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Tender at the Bone: Growing Up at the Table…
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Tender at the Bone: Growing Up at the Table (1998)

by Ruth Reichl

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    sungene: A memoir of family lore, difficult mother, recipes, by the NYT food editor.
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Showing 1-5 of 55 (next | show all)
Ruth Reichl , a N.Y. Times food critic manages to intermingle her relationship with food throughout different phases of her life in this memoir. She definitely has many amusing stories to tell about her coming of age. I enjoyed her stories when food was in the room and she beautifully describes them and the eating experience.

But, she seems more muted when she deals with human beings. She has a chance to better understand her father but she realizes that only after a boyfriend (later her husband) learned more about him in a few hours during his first visit than she did in her twenty years. Her mother, who is bi-polar, makes for some strange and chaotic stories. However, so many of her mother's strange choices for her actually ended up working out quite well in Ruth’s life and she didn’t seem to give her credit for it. I don't think the author did enough soul-searching to make this a moving memoir.

( )
  FAR2MANYBOOKS | Apr 5, 2014 |
Ruth Reichl , a N.Y. Times food critic manages to intermingle her relationship with food throughout different phases of her life in this memoir. She definitely has many amusing stories to tell about her coming of age. I enjoyed her stories when food was in the room and she beautifully describes them and the eating experience.

But, she seems more muted when she deals with human beings. She has a chance to better understand her father but she realizes that only after a boyfriend (later her husband) learned more about him in a few hours during his first visit than she did in her twenty years. Her mother, who is bi-polar, makes for some strange and chaotic stories. However, so many of her mother's strange choices for her actually ended up working out quite well in Ruth’s life and she didn’t seem to give her credit for it. I don't think the author did enough soul-searching to make this a moving memoir.

( )
  FAR2MANYBOOKS | Apr 5, 2014 |
I was surprised to like this book so much. Ruth was such a tremendous editor of Gourmet magazine. I cried when it ended. The crazy hippy life she lived as a young gal probably explains her views on life , cooking and food. Even the few recipes are good ( )
  kerrlm | Apr 4, 2014 |
Food is what helps us grow, in many ways. Ruth Reichl connected to preparing food early in her life, felt the comfort this can give, and made food and preparing food the center of her life. In this book, she fills the blanks between the meals with stories from her life. Some details are funny, while on the whole the atmosphere is not very cheerful. It was obviously not a happy childhood, but Reichl made the most of it, emerging an interesting, courageous and observant person, and a novelist. I have a feeling that she has reinvented and healed herself through her work. That reflects in her writing, she feels bold to laugh away the hurtful and unpleasant anecdotes, and make the most of that too - a book. ( )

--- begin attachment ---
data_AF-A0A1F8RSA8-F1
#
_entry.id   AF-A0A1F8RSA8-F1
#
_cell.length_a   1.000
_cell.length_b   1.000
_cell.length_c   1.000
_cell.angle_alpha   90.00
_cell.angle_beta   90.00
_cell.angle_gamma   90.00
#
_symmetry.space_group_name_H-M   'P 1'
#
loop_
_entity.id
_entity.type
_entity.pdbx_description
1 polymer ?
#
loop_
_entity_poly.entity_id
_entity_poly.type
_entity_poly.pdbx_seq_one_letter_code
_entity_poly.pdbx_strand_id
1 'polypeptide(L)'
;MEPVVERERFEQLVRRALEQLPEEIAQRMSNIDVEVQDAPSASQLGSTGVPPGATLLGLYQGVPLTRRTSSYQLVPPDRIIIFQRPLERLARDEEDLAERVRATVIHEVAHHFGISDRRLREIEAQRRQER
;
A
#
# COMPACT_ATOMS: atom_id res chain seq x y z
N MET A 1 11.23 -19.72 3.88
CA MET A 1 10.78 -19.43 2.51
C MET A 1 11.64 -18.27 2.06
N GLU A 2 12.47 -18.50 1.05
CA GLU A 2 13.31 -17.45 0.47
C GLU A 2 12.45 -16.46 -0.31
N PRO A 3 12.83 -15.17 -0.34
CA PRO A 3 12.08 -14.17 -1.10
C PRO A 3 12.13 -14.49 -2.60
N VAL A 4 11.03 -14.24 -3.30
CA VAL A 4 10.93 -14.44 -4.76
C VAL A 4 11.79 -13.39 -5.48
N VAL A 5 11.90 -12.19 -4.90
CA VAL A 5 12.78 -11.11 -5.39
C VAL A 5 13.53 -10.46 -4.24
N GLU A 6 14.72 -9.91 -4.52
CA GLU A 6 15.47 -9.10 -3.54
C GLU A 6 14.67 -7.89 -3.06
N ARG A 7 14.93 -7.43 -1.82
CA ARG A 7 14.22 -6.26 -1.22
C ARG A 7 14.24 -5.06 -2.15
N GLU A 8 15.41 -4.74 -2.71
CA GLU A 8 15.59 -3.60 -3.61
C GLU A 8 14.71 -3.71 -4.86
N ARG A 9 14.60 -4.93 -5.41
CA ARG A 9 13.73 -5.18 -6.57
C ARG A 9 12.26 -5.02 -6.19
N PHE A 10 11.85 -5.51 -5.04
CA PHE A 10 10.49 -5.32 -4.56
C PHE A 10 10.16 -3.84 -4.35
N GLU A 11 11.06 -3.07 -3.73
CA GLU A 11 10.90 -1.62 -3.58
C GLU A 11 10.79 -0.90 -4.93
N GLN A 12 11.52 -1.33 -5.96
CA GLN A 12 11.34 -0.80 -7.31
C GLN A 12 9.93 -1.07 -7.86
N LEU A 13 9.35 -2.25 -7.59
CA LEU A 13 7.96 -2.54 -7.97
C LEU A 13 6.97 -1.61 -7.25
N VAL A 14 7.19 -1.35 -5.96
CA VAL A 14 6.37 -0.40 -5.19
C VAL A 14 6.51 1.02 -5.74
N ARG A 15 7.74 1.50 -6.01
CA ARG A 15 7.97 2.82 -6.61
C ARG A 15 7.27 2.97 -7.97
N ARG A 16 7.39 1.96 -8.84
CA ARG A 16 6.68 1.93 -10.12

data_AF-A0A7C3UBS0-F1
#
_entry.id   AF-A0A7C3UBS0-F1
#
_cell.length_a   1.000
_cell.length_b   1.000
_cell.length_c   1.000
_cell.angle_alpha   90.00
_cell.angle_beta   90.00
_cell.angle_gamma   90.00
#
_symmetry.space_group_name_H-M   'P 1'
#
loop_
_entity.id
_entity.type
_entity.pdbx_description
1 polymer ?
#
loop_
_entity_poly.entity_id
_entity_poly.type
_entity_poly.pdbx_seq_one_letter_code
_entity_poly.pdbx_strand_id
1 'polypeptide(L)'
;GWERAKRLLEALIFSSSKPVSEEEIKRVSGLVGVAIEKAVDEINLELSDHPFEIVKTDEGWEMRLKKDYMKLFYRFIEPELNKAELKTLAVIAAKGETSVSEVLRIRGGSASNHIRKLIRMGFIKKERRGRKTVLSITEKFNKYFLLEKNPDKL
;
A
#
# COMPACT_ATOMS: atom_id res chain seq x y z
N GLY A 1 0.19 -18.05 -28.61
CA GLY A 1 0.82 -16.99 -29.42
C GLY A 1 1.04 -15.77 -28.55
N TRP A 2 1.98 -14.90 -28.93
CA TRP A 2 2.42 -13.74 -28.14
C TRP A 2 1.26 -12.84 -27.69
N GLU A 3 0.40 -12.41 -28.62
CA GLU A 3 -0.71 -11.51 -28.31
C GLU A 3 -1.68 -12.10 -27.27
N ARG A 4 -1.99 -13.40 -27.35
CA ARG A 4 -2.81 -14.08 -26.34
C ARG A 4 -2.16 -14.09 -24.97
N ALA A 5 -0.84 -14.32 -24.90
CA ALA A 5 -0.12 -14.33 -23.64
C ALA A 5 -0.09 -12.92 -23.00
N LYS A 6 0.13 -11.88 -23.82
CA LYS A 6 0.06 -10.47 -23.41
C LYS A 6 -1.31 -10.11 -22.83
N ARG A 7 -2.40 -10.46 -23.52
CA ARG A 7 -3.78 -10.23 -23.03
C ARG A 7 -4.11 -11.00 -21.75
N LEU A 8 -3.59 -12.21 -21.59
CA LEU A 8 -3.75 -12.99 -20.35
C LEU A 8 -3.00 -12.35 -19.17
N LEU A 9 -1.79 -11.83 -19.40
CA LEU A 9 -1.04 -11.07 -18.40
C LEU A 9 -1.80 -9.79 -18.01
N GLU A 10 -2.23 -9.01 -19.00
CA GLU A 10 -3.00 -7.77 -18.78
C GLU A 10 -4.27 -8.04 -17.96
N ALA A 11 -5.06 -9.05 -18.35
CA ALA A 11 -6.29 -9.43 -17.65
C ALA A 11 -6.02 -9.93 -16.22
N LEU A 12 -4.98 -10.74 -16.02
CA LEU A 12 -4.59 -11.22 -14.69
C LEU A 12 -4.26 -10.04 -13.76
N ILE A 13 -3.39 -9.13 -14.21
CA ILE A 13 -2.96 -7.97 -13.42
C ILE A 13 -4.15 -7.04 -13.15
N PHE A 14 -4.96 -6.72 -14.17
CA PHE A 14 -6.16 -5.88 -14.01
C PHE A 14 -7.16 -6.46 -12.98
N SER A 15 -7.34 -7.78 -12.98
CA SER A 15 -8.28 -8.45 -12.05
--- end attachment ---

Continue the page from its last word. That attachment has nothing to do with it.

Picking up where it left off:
flydodofly | Mar 16, 2014 |
A very interesting way to meet Ruth Reichl. I'm ashamed to say that I really didn't know who she was or anything about her until this book was selected for our monthly book club read. I am definitely happy I read it and I think others will enjoy it too. ( )
  Quiltinfun06 | Mar 9, 2014 |
Showing 1-5 of 55 (next | show all)
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Amazon.com Amazon.com Review (ISBN 0767903382, Paperback)

New York Times restaurant critic Ruth Reichl reads her (only very slightly abridged) memoir with the same humor, care, and intimacy that she put into its writing. The voices of the chefs, waiters, and gourmands who taught her to love food and its preparation come to life in this audiobook. Particularly compelling is her wonderful tale of "Life on Mars"--boarding school in Montreal might well have been on another planet. We listen as her halting French becomes fluent, as she shares weekend forays for forbidden smoked meat and cream puffs (the cure for all homesickness) with her new friend, Beatrice, and as her encounter with Beatrice's father, Monsieur du Croix, introduces her to a new level of joy in food. Audiobook listeners are also treated to a handy booklet of recipes included with the tapes that represent a dish from each of the main characters we meet in Ruth's life.

(retrieved from Amazon Mon, 30 Sep 2013 13:41:29 -0400)

(see all 3 descriptions)

Author Ruth Reichl chronicles her coming-of-age by retelling the stories about her and her family that she heard while sitting at her mother's kitchen table when she was a child.

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